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The Jewel You Carry with You

Even beyond diamonds and rubies, the most valuable gem is the compassionate, loving nature of your own being. SAKYONG MIPHAM on uncovering this treasure.

One of my favorite texts is an ancient instruction given by a high lama to the prince of Dege, a kingdom in eastern Tibet. The lama told the prince, who was about to become ruler of the huge kingdom, “In order to become successful in this world, you need three qualities: wisdom, compassion, and courage. These three will lead to a successful, happy, and fulfilled life.”

The first quality, wisdom, means knowing what brings true happiness. Most of us go through life being fooled. The Tibetan word for “fool” means someone who keeps doing the same thing again and again, expecting a different result each time. Because fools don’t know how happiness really comes about, they’re always chasing after happiness thinking that it depends on other people or things like food and clothing. A wise individual, in contrast, knows how to move forward instead of in circles, because he or she knows the true source of happiness: the mind.

In one of the most beautiful Buddhist poems, the great Indian teacher Shantideva compares the true nature of our mind to an incredibly large jewel lying in a heap of garbage we walk past every day. This is the jewel of bodhichitta— the compassionate and loving nature of our own being. It is called the wish-fulfilling jewel because it leads to happiness and success. Garbage is a metaphor for our discursive mind, which lacks trust and confidence in the source of true happiness, loving-kindness and compassion.

When we first get a glimpse of the wish-fulfilling jewel, we might not believe that it is with us all along, so we embark on a spiritual journey in search of it. Some people feel that they can find the wish-fulfilling jewel only by going into some kind of deep meditation retreat; others think they can find it by going to India or Tibet. But when they get there—in addition to getting a stomach ache, jetlag, and everything else—they wake up to the fact that they could have just as easily found the jewel back home.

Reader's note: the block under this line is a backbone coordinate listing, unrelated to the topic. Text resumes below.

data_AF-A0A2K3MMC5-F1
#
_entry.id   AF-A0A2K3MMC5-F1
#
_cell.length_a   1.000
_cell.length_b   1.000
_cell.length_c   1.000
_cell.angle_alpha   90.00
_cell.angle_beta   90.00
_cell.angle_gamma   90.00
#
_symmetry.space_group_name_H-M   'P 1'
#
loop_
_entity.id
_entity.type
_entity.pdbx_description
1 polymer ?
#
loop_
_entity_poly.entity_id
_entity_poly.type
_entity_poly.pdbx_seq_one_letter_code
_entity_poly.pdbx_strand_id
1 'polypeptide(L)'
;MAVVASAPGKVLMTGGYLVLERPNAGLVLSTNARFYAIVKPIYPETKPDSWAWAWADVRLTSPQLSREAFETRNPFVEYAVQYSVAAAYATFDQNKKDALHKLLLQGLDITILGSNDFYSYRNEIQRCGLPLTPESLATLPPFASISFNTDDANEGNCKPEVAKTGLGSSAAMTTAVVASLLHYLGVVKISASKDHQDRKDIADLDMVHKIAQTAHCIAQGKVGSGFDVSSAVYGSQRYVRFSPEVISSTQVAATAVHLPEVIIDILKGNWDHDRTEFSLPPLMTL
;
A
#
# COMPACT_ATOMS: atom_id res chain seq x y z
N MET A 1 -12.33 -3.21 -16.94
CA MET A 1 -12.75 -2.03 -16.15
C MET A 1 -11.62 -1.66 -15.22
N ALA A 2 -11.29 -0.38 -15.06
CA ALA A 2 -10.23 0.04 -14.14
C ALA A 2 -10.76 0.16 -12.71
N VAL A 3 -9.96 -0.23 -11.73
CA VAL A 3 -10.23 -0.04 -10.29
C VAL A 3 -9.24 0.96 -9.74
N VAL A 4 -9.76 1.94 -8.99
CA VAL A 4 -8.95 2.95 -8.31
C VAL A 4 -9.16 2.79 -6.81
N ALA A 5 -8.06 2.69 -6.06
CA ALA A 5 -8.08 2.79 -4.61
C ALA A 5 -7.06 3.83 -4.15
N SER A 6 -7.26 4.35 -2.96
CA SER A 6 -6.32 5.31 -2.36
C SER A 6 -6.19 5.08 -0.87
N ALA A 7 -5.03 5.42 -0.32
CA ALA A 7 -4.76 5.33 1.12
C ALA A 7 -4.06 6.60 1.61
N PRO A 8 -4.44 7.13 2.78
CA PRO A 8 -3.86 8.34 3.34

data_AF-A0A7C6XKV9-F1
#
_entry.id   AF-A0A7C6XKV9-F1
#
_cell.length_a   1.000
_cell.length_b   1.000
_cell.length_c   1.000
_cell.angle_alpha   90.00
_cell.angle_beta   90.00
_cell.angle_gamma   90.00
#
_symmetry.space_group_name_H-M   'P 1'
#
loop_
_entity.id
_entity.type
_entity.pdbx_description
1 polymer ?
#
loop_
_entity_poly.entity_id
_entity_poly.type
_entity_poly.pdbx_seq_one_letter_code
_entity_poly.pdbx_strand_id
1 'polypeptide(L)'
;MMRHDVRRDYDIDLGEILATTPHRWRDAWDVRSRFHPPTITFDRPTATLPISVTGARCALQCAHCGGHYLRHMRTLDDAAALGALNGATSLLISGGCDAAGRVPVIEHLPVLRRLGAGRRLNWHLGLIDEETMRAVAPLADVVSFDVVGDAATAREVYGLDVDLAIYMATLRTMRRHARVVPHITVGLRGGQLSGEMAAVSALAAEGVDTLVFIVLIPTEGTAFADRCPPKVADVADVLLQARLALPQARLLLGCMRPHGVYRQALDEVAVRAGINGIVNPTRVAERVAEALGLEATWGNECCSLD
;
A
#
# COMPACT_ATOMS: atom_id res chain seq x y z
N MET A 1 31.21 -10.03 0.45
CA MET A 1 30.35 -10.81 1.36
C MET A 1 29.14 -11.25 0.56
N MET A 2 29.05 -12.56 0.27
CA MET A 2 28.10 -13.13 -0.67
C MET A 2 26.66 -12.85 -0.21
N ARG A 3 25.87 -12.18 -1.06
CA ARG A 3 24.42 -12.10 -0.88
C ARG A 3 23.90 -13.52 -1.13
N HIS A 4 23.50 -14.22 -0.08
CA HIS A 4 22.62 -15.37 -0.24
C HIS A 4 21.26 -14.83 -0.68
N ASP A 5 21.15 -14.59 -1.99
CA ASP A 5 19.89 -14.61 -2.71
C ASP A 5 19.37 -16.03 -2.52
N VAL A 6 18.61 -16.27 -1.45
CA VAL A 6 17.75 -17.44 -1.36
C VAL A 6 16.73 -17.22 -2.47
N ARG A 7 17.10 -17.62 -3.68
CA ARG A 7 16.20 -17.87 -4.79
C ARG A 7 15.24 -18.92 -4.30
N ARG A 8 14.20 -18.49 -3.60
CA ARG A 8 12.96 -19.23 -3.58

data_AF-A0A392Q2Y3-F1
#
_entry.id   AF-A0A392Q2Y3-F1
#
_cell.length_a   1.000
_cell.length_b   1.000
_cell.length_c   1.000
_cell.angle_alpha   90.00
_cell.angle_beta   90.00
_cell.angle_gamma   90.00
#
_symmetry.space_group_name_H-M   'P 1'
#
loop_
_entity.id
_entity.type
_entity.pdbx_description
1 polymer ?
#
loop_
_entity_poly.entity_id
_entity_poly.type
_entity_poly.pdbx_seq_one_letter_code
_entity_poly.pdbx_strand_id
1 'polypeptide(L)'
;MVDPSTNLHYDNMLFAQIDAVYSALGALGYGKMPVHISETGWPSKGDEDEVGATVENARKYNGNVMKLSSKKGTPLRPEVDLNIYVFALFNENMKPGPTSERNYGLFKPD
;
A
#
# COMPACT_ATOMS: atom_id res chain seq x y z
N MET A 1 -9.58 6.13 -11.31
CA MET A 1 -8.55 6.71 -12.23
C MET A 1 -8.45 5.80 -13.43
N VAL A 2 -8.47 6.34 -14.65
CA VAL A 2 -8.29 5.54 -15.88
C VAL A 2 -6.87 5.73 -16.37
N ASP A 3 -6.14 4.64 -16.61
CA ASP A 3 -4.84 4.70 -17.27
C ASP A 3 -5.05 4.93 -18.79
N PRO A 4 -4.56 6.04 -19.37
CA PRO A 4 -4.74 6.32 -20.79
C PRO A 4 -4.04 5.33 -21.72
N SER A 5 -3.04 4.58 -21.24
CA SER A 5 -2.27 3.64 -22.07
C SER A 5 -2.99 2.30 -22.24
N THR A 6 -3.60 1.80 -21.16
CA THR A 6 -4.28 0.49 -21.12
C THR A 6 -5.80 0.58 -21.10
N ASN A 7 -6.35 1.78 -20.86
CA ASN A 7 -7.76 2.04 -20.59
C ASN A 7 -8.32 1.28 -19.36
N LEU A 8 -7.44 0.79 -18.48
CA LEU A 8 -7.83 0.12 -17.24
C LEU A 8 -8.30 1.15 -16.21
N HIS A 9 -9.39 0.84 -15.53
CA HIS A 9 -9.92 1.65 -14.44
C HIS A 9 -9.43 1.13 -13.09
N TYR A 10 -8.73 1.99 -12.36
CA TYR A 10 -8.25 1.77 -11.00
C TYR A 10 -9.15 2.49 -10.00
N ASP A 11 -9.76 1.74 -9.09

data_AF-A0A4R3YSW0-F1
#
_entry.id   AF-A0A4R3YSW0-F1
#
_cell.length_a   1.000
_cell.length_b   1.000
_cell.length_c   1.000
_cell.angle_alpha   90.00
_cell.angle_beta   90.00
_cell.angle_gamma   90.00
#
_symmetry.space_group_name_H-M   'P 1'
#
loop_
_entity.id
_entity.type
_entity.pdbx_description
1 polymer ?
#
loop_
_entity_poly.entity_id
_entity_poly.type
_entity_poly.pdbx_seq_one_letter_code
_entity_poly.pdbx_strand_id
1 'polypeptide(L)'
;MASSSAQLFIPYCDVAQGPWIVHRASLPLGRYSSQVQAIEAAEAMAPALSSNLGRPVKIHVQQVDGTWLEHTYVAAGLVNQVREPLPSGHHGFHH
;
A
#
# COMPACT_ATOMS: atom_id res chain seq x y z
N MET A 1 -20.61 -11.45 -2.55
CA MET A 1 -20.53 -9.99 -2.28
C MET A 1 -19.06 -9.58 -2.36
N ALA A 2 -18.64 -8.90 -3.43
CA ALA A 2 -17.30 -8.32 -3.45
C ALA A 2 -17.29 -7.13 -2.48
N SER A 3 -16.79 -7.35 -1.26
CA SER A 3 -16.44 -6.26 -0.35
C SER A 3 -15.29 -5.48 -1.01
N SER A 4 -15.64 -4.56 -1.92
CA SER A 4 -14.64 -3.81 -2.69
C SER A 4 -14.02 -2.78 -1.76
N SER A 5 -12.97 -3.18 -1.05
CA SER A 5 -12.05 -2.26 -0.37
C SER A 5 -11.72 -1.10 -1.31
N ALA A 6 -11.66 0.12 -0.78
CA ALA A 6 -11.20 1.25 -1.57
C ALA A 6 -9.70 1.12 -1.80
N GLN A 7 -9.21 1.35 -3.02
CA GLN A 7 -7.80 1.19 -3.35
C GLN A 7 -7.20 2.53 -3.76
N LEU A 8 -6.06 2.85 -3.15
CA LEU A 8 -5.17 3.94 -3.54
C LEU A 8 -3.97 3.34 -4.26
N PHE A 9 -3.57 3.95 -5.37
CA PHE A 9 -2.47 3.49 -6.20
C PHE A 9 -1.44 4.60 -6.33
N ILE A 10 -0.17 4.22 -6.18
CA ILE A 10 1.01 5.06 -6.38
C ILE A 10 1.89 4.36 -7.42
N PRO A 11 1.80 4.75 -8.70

It isn’t necessary to travel to exotic places in order to find our true heart. Wherever we are and whatever we are doing—walking down the street or washing dishes—our precious jewel of a mind is there to be discovered. When we know our own compassion, we can rely on it to accomplish our wishes. We have the wisdom to remember the source of true happiness and live our lives accordingly.

Compassion is the best way to lead life fully, not just in terms of the spiritual, but also the mundane. Yet some of us seem to think that we can’t practice compassion between Monday and Friday, or that acting compassionately just doesn’t accord with reality. Maybe we have thoughts of compassion, but we’re not able to live up to them. So another necessary element is courage.

To have courage is to remember that we can gradually change our mind with quite a simple technique. If we can stop thinking constantly about ourselves, we’ll be free to ask, “What about others? What do they need?”

With courage, we think about what we are willing to give before looking at how much we are going to get.

What we can always give is compassion. I’ve noticed that when I am worried about something, I can flip my attitude by generating a mind of compassion, thinking about others instead of giving in to my own frustration. In doing this, I am offering myself compassion as well. Flipping our thoughts toward people in need relaxes the mind, which allows delight to arise. The mind becomes light, because it is no longer burdened by the concept of “me.” That’s why we have a nimble feeling when we do something nice for someone else, like fixing dinner for a friend. Likewise, if someone does something nice for us, we remember it all day. We recognize the courage of compassion when we see it.